Texas Constitutionalism Essay

Texas Constitutionalism

            Constitutions define the basic structure of a government.  It encompasses how the government would rule, act on its responsibilities, laws on how the government is to operate, its procedures and limits. Following the Continental Congress, the Articles of Confederation eventually framed the nation’s constitution. The U.S. Constitution was finally drafted in 1787 (Soifer and Hoffman 5). Since then, the constitution has been changed and amended.  It is one of the oldest written constitutions and has in fact become a model for other nations’ constitutions.  The constitution is laid out in such a way for a division of power between the national government and the states.   For instance, one may compare the U.S. constitution with that of Texas constitution, one of the oldest and still in effect state constitutions.

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            The Texas Constitution which the state still follows today is the sixth constitution following the time Texas gained freedom from Mexico in 1836(Ericson and Wallace 2008). As stated earlier, the U.S. constitution was approved in 1787 while the Texas constitution was adopted in 1836, making it a 49 year gap. In fact, Texas was admitted as a U.S. state in 1845 (McClenaghan 90). The U.S. constitution has seven articles while the Texas constitution has 17 articles, with Article 17 pertaining to approaches in amending the constitution (Texas Legislative Council 2008).  Furthermore, the U.S. constitution has had 27 amendments whereas the Texas constitution has (Cornell University Law School 2008,    )

The Texas constitution is unique for it contains stipulations that callback to its Spanish and Mexican heritage (2008).  Thus, laws on land titles, marriage and adoption, water and mineral rights are included (2008). It is safe to assume that state governments differ from the national government in terms of needs. There are needs that are unique to a state. In Texas, for instance, there is a law that manages acquisition of natural gas and law (Frantz and Kracht 275).The Texas Constitution starts with a long discussion on the Bill of Rights while Article I of the U.S. Constitution pertains to the delegated powers of the Senate and Congress. Additionally, the Texas Constitution includes provision for the establishment of the University of Texas as well as an institution for educating  “black youth  of the state” (Ericson and Wallace 2008). There is no such thing in the U.S. constitution, the closest of which may be the amendment that abolished slavery in 1865. Likewise, amendments have been made to the Texas constitution to abolish restrictions and expansions to the public school system (2008).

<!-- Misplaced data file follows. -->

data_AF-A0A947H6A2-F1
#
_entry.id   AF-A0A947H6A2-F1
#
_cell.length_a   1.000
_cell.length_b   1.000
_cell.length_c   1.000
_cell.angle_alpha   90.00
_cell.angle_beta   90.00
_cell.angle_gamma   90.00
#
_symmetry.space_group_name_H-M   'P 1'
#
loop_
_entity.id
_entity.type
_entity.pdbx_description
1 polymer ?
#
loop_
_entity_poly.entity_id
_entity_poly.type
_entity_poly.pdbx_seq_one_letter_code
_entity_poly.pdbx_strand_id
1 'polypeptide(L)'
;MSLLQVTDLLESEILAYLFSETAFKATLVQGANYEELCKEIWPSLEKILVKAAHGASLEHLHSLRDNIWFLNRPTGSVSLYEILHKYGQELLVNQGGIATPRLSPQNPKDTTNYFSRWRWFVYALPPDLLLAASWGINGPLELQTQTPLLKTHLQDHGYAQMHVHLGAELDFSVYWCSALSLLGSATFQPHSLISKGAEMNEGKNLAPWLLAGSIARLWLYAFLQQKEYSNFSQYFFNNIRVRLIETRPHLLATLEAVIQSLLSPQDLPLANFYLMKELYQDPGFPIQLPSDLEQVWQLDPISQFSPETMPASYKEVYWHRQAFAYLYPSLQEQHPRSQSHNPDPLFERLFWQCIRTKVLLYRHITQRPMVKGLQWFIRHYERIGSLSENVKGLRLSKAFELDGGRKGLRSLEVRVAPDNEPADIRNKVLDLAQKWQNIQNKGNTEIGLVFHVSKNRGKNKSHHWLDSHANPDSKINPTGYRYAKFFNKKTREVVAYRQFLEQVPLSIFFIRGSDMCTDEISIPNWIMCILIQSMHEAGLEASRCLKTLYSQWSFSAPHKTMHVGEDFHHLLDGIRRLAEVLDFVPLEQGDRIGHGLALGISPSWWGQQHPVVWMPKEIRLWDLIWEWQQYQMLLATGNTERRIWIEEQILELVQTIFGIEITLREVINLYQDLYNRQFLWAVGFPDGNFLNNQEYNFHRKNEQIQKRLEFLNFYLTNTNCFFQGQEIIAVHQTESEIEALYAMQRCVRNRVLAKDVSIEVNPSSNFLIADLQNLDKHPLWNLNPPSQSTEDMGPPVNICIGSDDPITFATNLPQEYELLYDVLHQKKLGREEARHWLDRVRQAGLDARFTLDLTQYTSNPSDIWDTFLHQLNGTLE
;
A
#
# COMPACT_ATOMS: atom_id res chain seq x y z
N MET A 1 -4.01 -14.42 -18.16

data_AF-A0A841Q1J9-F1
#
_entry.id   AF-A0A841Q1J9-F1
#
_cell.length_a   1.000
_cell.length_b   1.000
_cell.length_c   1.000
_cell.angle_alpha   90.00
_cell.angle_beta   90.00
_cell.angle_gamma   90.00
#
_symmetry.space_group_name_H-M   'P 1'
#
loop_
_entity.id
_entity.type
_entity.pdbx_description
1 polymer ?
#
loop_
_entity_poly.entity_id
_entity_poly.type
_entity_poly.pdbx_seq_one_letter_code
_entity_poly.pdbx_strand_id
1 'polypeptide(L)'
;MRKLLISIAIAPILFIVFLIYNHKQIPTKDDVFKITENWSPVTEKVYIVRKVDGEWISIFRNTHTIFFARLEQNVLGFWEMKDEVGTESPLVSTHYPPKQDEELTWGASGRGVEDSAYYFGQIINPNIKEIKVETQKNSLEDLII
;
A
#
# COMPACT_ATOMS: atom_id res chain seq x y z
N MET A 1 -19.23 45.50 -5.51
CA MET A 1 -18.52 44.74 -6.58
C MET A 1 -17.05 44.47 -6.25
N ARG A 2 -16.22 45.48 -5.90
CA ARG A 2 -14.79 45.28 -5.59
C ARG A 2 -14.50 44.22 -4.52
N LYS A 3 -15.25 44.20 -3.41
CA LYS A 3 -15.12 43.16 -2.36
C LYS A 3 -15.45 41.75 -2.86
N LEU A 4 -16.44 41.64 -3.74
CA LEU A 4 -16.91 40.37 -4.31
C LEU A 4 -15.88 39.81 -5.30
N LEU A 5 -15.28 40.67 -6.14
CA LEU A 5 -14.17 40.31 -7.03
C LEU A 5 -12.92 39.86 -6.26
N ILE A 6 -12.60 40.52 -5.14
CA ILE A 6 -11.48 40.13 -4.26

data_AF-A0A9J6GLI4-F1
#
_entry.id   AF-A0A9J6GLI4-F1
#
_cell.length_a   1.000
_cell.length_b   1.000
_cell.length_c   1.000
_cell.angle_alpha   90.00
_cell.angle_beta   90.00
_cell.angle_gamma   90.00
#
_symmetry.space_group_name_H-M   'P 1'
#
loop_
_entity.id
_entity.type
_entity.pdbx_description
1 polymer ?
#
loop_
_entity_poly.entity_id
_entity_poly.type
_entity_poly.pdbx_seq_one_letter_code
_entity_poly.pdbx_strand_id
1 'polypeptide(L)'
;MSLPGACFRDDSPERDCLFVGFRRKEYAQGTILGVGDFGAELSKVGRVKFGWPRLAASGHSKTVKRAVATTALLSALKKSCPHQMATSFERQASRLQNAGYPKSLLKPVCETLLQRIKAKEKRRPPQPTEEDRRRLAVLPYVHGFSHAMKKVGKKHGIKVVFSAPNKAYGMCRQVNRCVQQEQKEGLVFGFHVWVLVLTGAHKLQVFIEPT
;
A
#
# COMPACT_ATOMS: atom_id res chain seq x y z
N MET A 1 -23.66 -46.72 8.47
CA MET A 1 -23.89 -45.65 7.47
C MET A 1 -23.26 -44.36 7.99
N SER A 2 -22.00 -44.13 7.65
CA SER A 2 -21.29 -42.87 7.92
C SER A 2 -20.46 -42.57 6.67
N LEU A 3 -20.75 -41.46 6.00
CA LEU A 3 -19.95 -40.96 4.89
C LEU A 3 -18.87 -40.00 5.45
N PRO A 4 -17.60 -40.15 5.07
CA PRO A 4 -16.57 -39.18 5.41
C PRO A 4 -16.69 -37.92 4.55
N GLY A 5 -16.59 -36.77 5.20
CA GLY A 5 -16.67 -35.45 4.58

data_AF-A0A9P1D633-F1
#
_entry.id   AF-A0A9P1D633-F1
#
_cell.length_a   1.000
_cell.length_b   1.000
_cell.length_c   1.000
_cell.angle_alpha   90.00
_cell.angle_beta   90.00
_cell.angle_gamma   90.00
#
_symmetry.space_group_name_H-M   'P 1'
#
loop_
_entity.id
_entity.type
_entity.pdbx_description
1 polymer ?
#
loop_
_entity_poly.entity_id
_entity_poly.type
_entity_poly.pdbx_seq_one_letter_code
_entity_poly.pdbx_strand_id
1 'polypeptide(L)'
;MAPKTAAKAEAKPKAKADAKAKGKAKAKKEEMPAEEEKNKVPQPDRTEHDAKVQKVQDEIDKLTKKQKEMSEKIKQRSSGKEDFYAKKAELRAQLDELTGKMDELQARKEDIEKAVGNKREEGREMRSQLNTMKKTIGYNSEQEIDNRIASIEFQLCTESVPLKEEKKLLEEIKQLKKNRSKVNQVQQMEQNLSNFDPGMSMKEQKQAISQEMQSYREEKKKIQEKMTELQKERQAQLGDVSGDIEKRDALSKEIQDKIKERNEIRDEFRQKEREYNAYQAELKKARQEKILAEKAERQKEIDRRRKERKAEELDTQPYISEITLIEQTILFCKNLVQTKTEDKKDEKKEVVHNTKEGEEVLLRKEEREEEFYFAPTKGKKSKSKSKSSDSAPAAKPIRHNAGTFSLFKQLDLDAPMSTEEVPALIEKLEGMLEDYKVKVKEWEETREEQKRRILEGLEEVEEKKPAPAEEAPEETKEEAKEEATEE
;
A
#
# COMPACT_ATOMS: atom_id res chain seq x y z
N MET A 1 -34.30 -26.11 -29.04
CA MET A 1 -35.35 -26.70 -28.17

But the U.S. constitution and Texas constitution have similarities, too. Both have three branches of power- legislative, executive and judicial (Frantz and Kracht 275-276). Both include the Bill of Rights, the powers of government, and process for amending the constitution (Article V for U.S. constitution, Article 17 for Texas Constitution).

The Texas constitution is so detailed that is often described as one of the “most restrictive among state constitutions” (Ericson and Wallace 2008).  Verbose in length, some words are said to be written weakly that further explanation are done by the Texas Supreme Court for better comprehension (2008).  While the Texas constitution has already undergone several amendments, the state has managed to sustain its 1876 Constitution.  The fact that the Texas constitution is still being used today means that the 1876 version must be long-enduring, that it could sustain over time. True, there may be amendments every now and then but the nature of content remains the same.

Works Cited

Cornell  University Law School. United States Constitution.

            2008. Legal Information Institute. 11 October 2008.

            http://www.law.cornell.edu/constitution/index.html

Ericson, Joe and Ernest Wallace. Constitution of 1876. 2008

            Handbook of Texas Online. 11 October 2008.

            http://www.tshaonline.org/handbook/online/articles/CC/mhc7.html.

Frantz, Joe and James Kracht. Texas The Study of Our State.

            Illinois: Scott, Foresman and Company, 1988.

McClenaghan, William. Magruder’s American Government.

            Massachusetts: Prentice Hall, 1988.

Soifer, Paul and Abraham Hoffman. American Government.

            Nebraska: Cliff Notes.

Texas Legislative Council. Texas Constitution.

            Texas: Texas Legislative Council, 2008.